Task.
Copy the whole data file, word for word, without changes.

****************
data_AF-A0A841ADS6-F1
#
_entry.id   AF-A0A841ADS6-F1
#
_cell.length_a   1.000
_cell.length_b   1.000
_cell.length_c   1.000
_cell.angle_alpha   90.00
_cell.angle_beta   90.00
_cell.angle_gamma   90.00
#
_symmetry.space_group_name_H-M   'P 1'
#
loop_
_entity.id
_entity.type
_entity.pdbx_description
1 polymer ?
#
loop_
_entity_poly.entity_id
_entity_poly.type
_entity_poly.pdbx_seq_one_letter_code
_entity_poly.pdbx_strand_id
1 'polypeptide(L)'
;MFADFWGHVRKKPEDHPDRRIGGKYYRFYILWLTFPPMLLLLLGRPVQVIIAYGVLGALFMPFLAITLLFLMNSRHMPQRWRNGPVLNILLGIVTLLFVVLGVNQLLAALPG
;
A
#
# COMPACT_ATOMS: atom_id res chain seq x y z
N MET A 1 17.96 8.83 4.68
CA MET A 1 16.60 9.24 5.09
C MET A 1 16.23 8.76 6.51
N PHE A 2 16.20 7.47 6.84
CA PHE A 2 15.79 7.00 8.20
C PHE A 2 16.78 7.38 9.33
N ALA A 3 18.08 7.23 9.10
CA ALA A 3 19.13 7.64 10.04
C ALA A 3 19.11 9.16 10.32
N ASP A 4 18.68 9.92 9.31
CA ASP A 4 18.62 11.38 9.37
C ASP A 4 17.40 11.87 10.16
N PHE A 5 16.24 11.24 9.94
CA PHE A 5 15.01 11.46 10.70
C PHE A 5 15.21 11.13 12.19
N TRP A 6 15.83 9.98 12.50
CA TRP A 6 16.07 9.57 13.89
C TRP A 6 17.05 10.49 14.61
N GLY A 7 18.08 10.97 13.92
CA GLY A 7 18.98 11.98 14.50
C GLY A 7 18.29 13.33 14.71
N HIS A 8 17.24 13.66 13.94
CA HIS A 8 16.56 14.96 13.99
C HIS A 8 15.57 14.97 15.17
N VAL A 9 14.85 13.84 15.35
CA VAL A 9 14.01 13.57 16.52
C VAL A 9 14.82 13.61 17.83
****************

data_AF-A0A841ADS6-F1
#
_entry.id   AF-A0A841ADS6-F1
#
_cell.length_a   1.000
_cell.length_b   1.000
_cell.length_c   1.000
_cell.angle_alpha   90.00
_cell.angle_beta   90.00
_cell.angle_gamma   90.00
#
_symmetry.space_group_name_H-M   'P 1'
#
loop_
_entity.id
_entity.type
_entity.pdbx_description
1 polymer ?
#
loop_
_entity_poly.entity_id
_entity_poly.type
_entity_poly.pdbx_seq_one_letter_code
_entity_poly.pdbx_strand_id
1 'polypeptide(L)'
;MFADFWGHVRKKPEDHPDRRIGGKYYRFYILWLTFPPMLLLLLGRPVQVIIAYGVLGALFMPFLAITLLFLMNSRHMPQRWRNGPVLNILLGIVTLLFVVLGVNQLLAALPG
;
A
#
# COMPACT_ATOMS: atom_id res chain seq x y z
N MET A 1 17.96 8.83 4.68
CA MET A 1 16.60 9.24 5.09
C MET A 1 16.23 8.76 6.51
N PHE A 2 16.20 7.47 6.84
CA PHE A 2 15.79 7.00 8.20
C PHE A 2 16.78 7.38 9.33
N ALA A 3 18.08 7.23 9.10
CA ALA A 3 19.13 7.64 10.04
C ALA A 3 19.11 9.16 10.32
N ASP A 4 18.68 9.92 9.31
CA ASP A 4 18.62 11.38 9.37
C ASP A 4 17.40 11.87 10.16
N PHE A 5 16.24 11.24 9.94
CA PHE A 5 15.01 11.46 10.70
C PHE A 5 15.21 11.13 12.19
N TRP A 6 15.83 9.98 12.50
CA TRP A 6 16.07 9.57 13.89
C TRP A 6 17.05 10.49 14.61
N GLY A 7 18.08 10.97 13.92
CA GLY A 7 18.98 11.98 14.50
C GLY A 7 18.29 13.33 14.71
N HIS A 8 17.24 13.66 13.94
CA HIS A 8 16.56 14.96 13.99
C HIS A 8 15.57 14.97 15.17
N VAL A 9 14.85 13.84 15.35
CA VAL A 9 14.01 13.57 16.52
C VAL A 9 14.82 13.61 17.83